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Scott Woodruff





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PostPosted: Sat 14 May, 2011 6:46 pm    Post subject:         Reply with quote

Stephen, that is a tough one. I don't think it is very likely that you will find a definitive answer. I have obsessively researched this very question. All we can really say is that sometime between the mid-15th and mid-16th century the enlarged buckler shield began to be fitted with two straps instead of a center-grip, and that this developement seems to have been restricted to outlying Gaelic areas, ie Scotland and Ireland. Aside from this change and some superficial decorative differences, the shield itself did not change much from the 1st to the 18th century. I have seen a much earlier round shield with double straps both held in the hand. I will look real quick and find out where I saw that for you.
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Scott Woodruff





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PostPosted: Sat 14 May, 2011 7:08 pm    Post subject:         Reply with quote

It was a 11th-12th century relief at Abteikirche von Andlau at ElsaB. ( used a capital B for 'eszett' because I don't know how to do German letters on the computer.) The relief depicts two warriors fighting. You can see the inside of one warriors shield. It is a typical medium-sized Viking style round shield with two straps replacing the solid grip. I am absolutely stupid when it comes to computers, otherwise I would give you a link. The page is titled "Schutzurustung zur zeit der Slchacht von Hastings", "Kontakt: info@reenactment.de" For the 15th century examples, I am sure most of the examples I saw were in the Louis de Bruges copy of Froissarts Chronicles and one or two in those famous Swiss chronicles the name of which escapes me. ARMA's art talk is a good place to look around for pics. Sorry I couldn't be more helpful.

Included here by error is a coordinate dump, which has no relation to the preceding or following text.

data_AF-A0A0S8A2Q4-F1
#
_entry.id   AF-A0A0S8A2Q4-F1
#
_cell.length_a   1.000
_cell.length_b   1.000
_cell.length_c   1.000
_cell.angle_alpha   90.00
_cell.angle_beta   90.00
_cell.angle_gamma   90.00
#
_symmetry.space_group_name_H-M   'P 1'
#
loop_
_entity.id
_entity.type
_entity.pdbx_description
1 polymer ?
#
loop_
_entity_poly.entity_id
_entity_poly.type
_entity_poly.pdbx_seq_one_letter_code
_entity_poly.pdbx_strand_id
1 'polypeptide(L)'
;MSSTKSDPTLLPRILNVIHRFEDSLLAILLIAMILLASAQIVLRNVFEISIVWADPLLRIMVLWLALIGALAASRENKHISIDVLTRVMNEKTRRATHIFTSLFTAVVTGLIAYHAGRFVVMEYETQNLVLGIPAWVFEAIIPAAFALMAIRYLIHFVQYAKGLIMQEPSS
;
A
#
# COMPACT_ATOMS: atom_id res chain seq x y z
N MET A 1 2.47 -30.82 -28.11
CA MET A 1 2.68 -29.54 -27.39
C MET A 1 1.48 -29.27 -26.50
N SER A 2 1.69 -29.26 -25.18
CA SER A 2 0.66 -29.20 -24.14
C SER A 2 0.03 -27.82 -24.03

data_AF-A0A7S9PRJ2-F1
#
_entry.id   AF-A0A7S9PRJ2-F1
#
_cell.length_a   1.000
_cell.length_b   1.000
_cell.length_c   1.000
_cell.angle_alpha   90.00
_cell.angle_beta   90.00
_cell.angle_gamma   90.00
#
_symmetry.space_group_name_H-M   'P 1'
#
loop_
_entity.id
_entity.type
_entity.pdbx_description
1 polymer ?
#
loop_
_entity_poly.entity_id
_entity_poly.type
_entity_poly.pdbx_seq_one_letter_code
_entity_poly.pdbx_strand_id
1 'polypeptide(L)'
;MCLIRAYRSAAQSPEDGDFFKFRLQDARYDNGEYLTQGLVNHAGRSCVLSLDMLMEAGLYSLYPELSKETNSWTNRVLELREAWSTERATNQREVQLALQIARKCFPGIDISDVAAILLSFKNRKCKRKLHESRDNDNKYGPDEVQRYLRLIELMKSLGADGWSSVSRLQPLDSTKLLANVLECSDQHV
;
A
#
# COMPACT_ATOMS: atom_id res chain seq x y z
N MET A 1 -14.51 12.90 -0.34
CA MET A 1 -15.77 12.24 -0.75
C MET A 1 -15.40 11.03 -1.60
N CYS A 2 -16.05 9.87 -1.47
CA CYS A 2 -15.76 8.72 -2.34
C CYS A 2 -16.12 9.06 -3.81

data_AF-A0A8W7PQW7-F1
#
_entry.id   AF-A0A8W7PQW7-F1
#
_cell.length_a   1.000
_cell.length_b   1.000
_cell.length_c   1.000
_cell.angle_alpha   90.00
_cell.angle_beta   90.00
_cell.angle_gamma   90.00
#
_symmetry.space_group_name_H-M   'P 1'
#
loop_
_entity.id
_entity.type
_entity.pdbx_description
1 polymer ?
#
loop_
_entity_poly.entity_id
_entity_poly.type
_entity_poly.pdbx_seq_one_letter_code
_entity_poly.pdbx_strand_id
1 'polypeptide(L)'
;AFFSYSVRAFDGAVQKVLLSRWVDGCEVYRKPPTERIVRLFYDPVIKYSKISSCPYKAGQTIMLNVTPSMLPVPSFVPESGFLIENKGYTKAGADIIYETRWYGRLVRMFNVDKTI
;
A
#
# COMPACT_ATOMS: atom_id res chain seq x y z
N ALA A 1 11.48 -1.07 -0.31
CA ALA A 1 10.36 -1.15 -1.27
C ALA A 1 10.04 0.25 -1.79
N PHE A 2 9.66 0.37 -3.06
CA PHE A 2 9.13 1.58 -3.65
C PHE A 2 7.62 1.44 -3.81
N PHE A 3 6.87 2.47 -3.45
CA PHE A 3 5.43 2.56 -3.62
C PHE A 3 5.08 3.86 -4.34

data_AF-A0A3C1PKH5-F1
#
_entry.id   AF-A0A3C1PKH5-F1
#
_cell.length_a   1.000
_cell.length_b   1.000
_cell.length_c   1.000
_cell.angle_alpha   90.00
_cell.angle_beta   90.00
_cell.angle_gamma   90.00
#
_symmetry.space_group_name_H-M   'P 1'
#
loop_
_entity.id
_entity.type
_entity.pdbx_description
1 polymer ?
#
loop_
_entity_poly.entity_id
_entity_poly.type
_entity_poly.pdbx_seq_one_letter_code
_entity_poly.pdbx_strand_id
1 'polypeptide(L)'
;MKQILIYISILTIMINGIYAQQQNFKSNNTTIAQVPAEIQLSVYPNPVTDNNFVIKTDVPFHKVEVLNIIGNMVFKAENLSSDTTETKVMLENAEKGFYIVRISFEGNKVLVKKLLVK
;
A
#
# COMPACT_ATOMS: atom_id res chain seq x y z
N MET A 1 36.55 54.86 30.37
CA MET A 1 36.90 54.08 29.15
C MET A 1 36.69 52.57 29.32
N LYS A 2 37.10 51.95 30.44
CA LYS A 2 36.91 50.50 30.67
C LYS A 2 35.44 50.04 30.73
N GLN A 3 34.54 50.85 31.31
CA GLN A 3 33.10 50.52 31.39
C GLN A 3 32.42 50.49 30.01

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Stephen Curtin




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PostPosted: Sun 15 May, 2011 9:04 am    Post subject:         Reply with quote

Hi Scott, and thanks for the sources. I found the one with the two german warriors with round shields and I'm looking through google images to try and find shields in Froissart chronicles, if anyone else here has anything else to contribute I'd be glad to see it, thanks.
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Kevin P Molloy




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PostPosted: Sun 15 May, 2011 1:10 pm    Post subject: Re: Target/Targe .... Help         Reply with quote

Stephen Curtin wrote:
Hi everyone, hopefuly somebody here might be able to help me out. For some time now I've been trying to trace the development of the Scottish highlanders targe, and it has been proving difficult.

I know that in the 14th century highlanders used heater type shields, these are shown in the hands of many of the warrior grave slabs in the west highlands, they are also seen in the hands of light infantrymen in the town charter of Carlisle, dating to 1316. Whereas the earliest targe I know of is the O'Donovan targe from Ireland, dating to the mid 16th century. So far I have not been able to find out what shields were used in the gap between these two periods, and I'm hoping that some information about English targets might fill in these gaps.